Maeve Whyte, NFU director of Brussels office
WHEN the UK voted to leave the European Union, it chose to switch the seat of power from Brussels to the UK.
However, until we are no longer a member state – whenever this may be – Brussels will be a vital part of UK farmers’ lives and the EU has wasted no time in selecting the team to fight its corner.
Representing the European Commission will be Frenchman Michel Barnier who, as EU Commissioner for Internal Markets, imposed heavy limits on the amount of money bankers could award themselves as bonuses.
Naturally, this hit London’s financial centres hardest and in 2010 The Daily Telegraph questioned whether he was ‘the most dangerous man in Europe’?
He once told journalists Britain would have to accept freedom of movement ‘without exception’ if it wanted to retain access to the single market.
Barnier has since established a Brexit taskforce made up of the commission’s most high flying officials.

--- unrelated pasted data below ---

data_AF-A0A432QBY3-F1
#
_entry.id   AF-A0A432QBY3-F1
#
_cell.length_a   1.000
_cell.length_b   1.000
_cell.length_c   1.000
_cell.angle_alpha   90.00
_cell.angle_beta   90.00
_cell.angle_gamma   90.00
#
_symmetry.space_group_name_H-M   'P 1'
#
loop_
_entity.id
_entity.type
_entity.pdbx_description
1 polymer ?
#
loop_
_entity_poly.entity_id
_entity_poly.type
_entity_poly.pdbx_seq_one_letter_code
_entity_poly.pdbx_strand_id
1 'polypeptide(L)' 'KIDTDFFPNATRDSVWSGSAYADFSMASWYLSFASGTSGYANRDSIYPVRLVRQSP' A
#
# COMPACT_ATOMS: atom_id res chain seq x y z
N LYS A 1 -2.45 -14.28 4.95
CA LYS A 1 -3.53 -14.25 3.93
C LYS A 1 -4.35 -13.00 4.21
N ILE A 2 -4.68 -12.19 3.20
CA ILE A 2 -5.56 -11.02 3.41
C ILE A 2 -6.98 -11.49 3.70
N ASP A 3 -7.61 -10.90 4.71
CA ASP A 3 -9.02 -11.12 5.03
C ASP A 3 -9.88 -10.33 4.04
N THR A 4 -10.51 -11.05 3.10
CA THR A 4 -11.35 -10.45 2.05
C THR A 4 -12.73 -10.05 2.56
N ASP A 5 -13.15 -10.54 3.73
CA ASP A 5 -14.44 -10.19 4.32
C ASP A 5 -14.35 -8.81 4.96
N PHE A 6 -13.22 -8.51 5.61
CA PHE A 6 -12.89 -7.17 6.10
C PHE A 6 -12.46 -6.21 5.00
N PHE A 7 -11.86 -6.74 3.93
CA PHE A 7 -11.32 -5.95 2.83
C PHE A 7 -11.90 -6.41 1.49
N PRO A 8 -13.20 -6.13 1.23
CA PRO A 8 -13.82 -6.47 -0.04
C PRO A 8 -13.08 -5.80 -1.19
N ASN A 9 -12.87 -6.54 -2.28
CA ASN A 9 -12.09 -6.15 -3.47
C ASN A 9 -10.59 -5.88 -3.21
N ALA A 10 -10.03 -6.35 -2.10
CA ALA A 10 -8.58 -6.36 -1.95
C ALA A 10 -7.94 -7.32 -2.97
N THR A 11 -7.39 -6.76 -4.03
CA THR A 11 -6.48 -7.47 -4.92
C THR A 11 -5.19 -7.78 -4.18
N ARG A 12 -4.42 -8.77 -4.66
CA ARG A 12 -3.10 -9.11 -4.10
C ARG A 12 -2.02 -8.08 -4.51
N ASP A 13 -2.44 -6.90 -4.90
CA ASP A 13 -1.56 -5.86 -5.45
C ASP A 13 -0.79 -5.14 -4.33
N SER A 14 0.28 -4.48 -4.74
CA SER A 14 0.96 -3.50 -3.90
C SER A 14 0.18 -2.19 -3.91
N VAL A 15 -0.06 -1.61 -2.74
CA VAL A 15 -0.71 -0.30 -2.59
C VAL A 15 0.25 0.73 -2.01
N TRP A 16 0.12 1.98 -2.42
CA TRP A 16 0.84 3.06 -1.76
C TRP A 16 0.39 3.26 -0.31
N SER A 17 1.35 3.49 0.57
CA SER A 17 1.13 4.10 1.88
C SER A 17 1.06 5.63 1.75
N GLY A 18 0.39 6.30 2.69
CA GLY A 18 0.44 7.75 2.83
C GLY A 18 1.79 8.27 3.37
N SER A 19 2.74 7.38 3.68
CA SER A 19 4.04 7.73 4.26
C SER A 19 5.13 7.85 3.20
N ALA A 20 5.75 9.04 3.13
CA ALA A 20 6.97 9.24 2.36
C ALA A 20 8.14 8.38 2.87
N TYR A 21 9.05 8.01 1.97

The European Parliament also looks set to play hardball. Former Belgian Prime Minister Guy Verhofstadt will act as the lead negotiator on behalf of MEPs.
It would be an understatement to describe Mr Verhofstadt as pro-European. Speaking in the European Parliament last week, he painted Brexit as being a positive step for Europe. “Let us seize this opportunity not to kill Europe, as some of you want, but to reinvent Europe,” he said.
But he is not without his critics.
Mr Verhofstadt’s YouTube exchanges with former UKIP leader Nigel Farage are well worth a watch. Responding to Verhofstadt’s appointment, Mr Farage said: “I frankly think this is pretty much a declaration of war on any sensible negotiating process.”
The real power in these negotiations lies with the 27 EU Prime Ministers.
Represented by the European Council, they will dictate the direction and pace of travel and, with the appointment of Mr Didier Seeuws to lead their internal taskforce, development of a negotiating strategy is already underway.
Mr Seeuws previously worked alongside Guy Verhofstadt. A career civil servant, he is known to have a talent for detail, a strong network and a sharp political intelligence.
The NFU has had an office in Brussels since 1972, a year before the UK signed up to the European Economic Community.
With uncertainty raging over when Article 50 will be triggered, it is essential the NFU maintains its influence in Brussels.
However the negotiations progress, European rules and regulations will continue to affect UK farmers right up until the moment we leave. Even then, European laws could be the words we live by.